By Dan Kennedy • The press, politics, technology, culture and other passions

Hard times continue at CNHI

The pain keeps on coming at CNHI, a Birmingham, Ala.-based newspaper chain that owns four Massachusetts dailies: the Eagle-Tribune of North Andover, the Daily News of Newburyport, the Salem News and the Gloucester Daily Times.

On the heels of a holiday furlough several months ago, Yvette Northcutt, the company’s vice president of human resources, is now telling employees they must take five unpaid days off between April 1 and June 30.

CNHI, as you may know, exists mainly to provide Alabama schoolteachers with a comfortable retirement. Those of us who live on the North Shore or the Merrimack Valley can ponder that the next time we wonder why an important local event didn’t get covered.

The full text of Northcutt’s memo follows:

We have chosen to implement reduced work schedules for hourly employees and reduced work schedules and pay reductions for salaried employees in the second quarter of 2010. The details are described below:

  • We will implement a reduced work schedule for hourly employees during the second quarter of 2010. All hourly employees must take five days off without pay between April 1, 2010 and June 30, 2010. It is expected that no work will be done during this time. This applies to full and part-time employees. Part-time employees’ work schedules will be reduced on a prorated basis. These days must be taken during the second quarter, and regular vacation, personal and sick days may not be substituted for these unpaid days.
  • A reduced schedule will also be implemented for salaried employees during the second quarter with a corresponding reduction in pay. Salaried employees already affected by the first-quarter pay reduction will simply see their current base salary roll forward. The second-quarter pay reduction will be applied over all pay dates occurring during the second quarter. In turn, salaried employees must take five days off between April 1, 2010 and June 30, 2010. Under this plan, the days off will not reduce the employees’ existing allotment of regular vacation, personal and sick days. Regular vacation, personal and sick days may not be substituted for these additional days off.
  • We are asking our unions to voluntarily agree to similar arrangements for the employees they represent. If our unions agree, this will help us avoid future layoffs.
  • In order to ensure staffing needs are met, these off days must be planned and approved in advance. Please submit the attached Request for Second Quarter Days Off form to your manager by March 15, 2010.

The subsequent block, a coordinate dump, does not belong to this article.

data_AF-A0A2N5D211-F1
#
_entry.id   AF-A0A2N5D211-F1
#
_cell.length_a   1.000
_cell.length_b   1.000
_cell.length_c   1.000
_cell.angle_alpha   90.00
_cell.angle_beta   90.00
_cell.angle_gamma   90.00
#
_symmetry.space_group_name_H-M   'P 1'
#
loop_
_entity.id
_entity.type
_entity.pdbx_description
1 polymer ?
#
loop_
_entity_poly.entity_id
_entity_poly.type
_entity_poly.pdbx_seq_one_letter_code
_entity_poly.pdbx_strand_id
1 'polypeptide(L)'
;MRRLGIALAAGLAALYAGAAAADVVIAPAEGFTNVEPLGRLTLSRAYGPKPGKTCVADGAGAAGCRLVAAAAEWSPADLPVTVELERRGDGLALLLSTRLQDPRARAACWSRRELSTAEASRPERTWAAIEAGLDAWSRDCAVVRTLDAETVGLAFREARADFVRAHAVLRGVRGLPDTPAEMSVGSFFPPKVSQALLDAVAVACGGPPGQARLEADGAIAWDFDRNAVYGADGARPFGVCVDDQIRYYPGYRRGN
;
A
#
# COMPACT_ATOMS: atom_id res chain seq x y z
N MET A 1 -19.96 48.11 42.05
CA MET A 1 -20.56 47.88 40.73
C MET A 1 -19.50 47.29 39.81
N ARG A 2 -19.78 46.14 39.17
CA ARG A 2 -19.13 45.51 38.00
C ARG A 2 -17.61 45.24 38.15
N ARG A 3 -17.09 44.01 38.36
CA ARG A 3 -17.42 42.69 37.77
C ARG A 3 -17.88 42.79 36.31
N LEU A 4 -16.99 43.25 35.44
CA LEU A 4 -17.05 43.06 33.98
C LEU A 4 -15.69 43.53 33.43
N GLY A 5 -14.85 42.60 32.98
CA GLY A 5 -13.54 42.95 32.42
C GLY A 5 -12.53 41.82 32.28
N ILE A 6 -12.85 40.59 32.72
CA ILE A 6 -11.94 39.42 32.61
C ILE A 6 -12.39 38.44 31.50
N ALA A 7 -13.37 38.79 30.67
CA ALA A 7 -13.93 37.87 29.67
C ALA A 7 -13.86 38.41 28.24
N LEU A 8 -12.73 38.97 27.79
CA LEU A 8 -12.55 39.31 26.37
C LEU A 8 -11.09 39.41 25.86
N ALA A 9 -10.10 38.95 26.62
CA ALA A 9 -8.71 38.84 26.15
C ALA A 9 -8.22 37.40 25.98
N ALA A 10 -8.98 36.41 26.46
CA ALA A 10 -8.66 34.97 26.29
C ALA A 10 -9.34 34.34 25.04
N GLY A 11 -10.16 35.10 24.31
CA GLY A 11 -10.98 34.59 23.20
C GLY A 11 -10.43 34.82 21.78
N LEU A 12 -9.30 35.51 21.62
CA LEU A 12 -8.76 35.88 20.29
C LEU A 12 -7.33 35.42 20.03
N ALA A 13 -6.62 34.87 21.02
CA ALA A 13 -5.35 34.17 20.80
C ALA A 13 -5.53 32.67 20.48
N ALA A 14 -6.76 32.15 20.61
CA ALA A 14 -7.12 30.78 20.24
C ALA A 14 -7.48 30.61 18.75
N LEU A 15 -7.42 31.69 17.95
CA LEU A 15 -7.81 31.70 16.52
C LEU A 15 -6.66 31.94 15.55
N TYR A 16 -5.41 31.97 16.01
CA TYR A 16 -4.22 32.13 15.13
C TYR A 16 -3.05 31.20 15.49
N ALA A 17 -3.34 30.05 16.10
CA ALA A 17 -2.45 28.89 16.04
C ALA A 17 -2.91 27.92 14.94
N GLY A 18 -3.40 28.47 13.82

Thank you again for your hard work, dedication and support. Please contact Human Resources if you have any questions.

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  1. L.K. Collins


    Isn’t the alternative no paper at all?

  2. My husband had to take 15 unpaid (furlough) days off last year. And I had to take two cuts in pay that amounted to almost 25% of my salary. We did that without complaint since it meant a) we got to keep our jobs, and b) coworkers weren’t laid off.

    I think that the newspaper biz, so far, has gotten off pretty easy. Obviously, things need to turn around for this industry, but they can’t expect to skate while employees in other sectors are taking ones for the team.

    • Dan Kennedy

      @Kathy: I think it’s unfair to say that newspaper employees have gotten off easy. Folks at places like GateHouse and CNHI were grossly underpaid to begin with. But it’s fair to say that most people in the news business believe the economy has been uniquely awful to them, not quite understanding that it’s bad all over. As we’ve been told repeatedly, this is the worst economy since the 1930s.

  3. Mike Stucka

    Kathy: I’m not sure anyone is skating.

    I worked at one of those CNHI papers for much of last year; I faced 10 days of furloughs. I learned of the first round as I woke up from a post-surgery nap.

    I was able to find another journalism job, a miracle in itself, and almost waltzed into another round of furloughs. A gentleman who’d been hired just before I was did get the furloughs based on his hire date. Salary freezes or cuts, slashed benefits and tons of layoffs have been the norms.

    Take a look at There’s a way to look by years — 2009 had about 15,000 newspaper folk lose their jobs. 2008 was about 16,000. Keep in mind this is not a definitive list.

    Compare as you will. As Dan said, the pay has never been good. Some folks’d compare to teachers, who face long hours and lots of stress, work in an intellectually challenging job, often have advanced degrees, generally can offer gripes about the lack of internal support and resources, and are often seen as voluntarily forgoing some pay in the interests of a kind of community service. You can dispute any of all of that if you’d like.

    But fact is there’s a metric buttload of veteran reporters who still earn far less than the starting salary of teachers, and have far lower benefits as well.

    Again, you can dispute the comparison. And I mean no slight to teachers or reporters or anyone, especially as a reporter son of teachers.

  4. Kett Jonas

    CNHI should have hard times. They hire idiots for publishers and directors.

    If they would clean up the newspapers of lazy employees, especially in the sales department and hire managers that know something about managing and not pill popping, cocaine snorting addicts, their newspapers might stand a better chance of surviving.

    You take a screaming raging crazy woman conducting a sales meeting and then ask yourself are you motivated to go out and sell advertising….not to mention her throwing things at the employees.

    Wake up CNHI!!!

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